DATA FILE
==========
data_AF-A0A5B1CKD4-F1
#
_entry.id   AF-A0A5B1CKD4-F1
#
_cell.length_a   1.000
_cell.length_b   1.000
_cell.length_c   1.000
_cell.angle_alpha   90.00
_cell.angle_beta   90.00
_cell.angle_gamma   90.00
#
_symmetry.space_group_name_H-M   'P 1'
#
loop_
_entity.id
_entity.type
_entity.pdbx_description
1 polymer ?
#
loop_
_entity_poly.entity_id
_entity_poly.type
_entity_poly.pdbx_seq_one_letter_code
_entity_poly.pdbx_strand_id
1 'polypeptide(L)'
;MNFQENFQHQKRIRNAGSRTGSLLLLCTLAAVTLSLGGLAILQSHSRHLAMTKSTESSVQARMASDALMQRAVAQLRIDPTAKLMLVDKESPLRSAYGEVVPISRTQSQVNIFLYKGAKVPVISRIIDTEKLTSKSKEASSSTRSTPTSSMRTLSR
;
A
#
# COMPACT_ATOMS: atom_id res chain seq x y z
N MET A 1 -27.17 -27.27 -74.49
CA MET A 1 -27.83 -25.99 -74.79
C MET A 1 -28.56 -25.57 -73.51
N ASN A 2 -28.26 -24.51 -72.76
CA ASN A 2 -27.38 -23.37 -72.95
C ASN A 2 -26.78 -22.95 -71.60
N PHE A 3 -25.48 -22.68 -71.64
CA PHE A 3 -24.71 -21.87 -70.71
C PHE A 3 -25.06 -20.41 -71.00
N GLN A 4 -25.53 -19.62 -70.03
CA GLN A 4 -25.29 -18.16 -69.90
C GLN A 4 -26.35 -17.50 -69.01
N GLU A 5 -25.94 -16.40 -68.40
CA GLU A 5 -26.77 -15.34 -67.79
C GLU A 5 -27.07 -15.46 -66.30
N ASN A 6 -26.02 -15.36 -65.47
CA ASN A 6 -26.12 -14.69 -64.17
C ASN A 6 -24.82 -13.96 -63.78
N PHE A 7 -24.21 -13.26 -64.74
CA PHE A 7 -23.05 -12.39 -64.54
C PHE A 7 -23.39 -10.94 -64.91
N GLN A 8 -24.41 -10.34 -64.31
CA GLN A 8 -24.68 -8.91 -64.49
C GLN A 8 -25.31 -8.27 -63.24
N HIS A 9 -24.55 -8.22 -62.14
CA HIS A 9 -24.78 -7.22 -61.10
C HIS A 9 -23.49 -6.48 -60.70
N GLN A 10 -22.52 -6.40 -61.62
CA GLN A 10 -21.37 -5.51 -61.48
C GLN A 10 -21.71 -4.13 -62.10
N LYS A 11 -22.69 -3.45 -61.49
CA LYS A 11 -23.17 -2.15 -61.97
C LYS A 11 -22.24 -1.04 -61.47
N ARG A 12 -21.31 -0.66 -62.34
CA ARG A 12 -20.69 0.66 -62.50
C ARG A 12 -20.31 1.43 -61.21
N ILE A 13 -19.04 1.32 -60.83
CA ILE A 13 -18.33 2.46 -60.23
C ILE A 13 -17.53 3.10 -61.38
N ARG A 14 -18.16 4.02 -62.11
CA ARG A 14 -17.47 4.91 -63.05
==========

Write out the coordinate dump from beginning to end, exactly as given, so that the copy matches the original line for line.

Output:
data_AF-A0A5B1CKD4-F1
#
_entry.id   AF-A0A5B1CKD4-F1
#
_cell.length_a   1.000
_cell.length_b   1.000
_cell.length_c   1.000
_cell.angle_alpha   90.00
_cell.angle_beta   90.00
_cell.angle_gamma   90.00
#
_symmetry.space_group_name_H-M   'P 1'
#
loop_
_entity.id
_entity.type
_entity.pdbx_description
1 polymer ?
#
loop_
_entity_poly.entity_id
_entity_poly.type
_entity_poly.pdbx_seq_one_letter_code
_entity_poly.pdbx_strand_id
1 'polypeptide(L)'
;MNFQENFQHQKRIRNAGSRTGSLLLLCTLAAVTLSLGGLAILQSHSRHLAMTKSTESSVQARMASDALMQRAVAQLRIDPTAKLMLVDKESPLRSAYGEVVPISRTQSQVNIFLYKGAKVPVISRIIDTEKLTSKSKEASSSTRSTPTSSMRTLSR
;
A
#
# COMPACT_ATOMS: atom_id res chain seq x y z
N MET A 1 -27.17 -27.27 -74.49
CA MET A 1 -27.83 -25.99 -74.79
C MET A 1 -28.56 -25.57 -73.51
N ASN A 2 -28.26 -24.51 -72.76
CA ASN A 2 -27.38 -23.37 -72.95
C ASN A 2 -26.78 -22.95 -71.60
N PHE A 3 -25.48 -22.68 -71.64
CA PHE A 3 -24.71 -21.87 -70.71
C PHE A 3 -25.06 -20.41 -71.00
N GLN A 4 -25.53 -19.62 -70.03
CA GLN A 4 -25.29 -18.16 -69.90
C GLN A 4 -26.35 -17.50 -69.01
N GLU A 5 -25.94 -16.40 -68.40
CA GLU A 5 -26.77 -15.34 -67.79
C GLU A 5 -27.07 -15.46 -66.30
N ASN A 6 -26.02 -15.36 -65.47
CA ASN A 6 -26.12 -14.69 -64.17
C ASN A 6 -24.82 -13.96 -63.78
N PHE A 7 -24.21 -13.26 -64.74
CA PHE A 7 -23.05 -12.39 -64.54
C PHE A 7 -23.39 -10.94 -64.91
N GLN A 8 -24.41 -10.34 -64.31
CA GLN A 8 -24.68 -8.91 -64.49
C GLN A 8 -25.31 -8.27 -63.24
N HIS A 9 -24.55 -8.22 -62.14
CA HIS A 9 -24.78 -7.22 -61.10
C HIS A 9 -23.49 -6.48 -60.70
N GLN A 10 -22.52 -6.40 -61.62
CA GLN A 10 -21.37 -5.51 -61.48
C GLN A 10 -21.71 -4.13 -62.10
N LYS A 11 -22.69 -3.45 -61.49
CA LYS A 11 -23.17 -2.15 -61.97
C LYS A 11 -22.24 -1.04 -61.47
N ARG A 12 -21.31 -0.66 -62.34
CA ARG A 12 -20.69 0.66 -62.50
C ARG A 12 -20.31 1.43 -61.21
N ILE A 13 -19.04 1.32 -60.83
CA ILE A 13 -18.33 2.46 -60.23
C ILE A 13 -17.53 3.10 -61.38
N ARG A 14 -18.16 4.02 -62.11
CA ARG A 14 -17.47 4.91 -63.05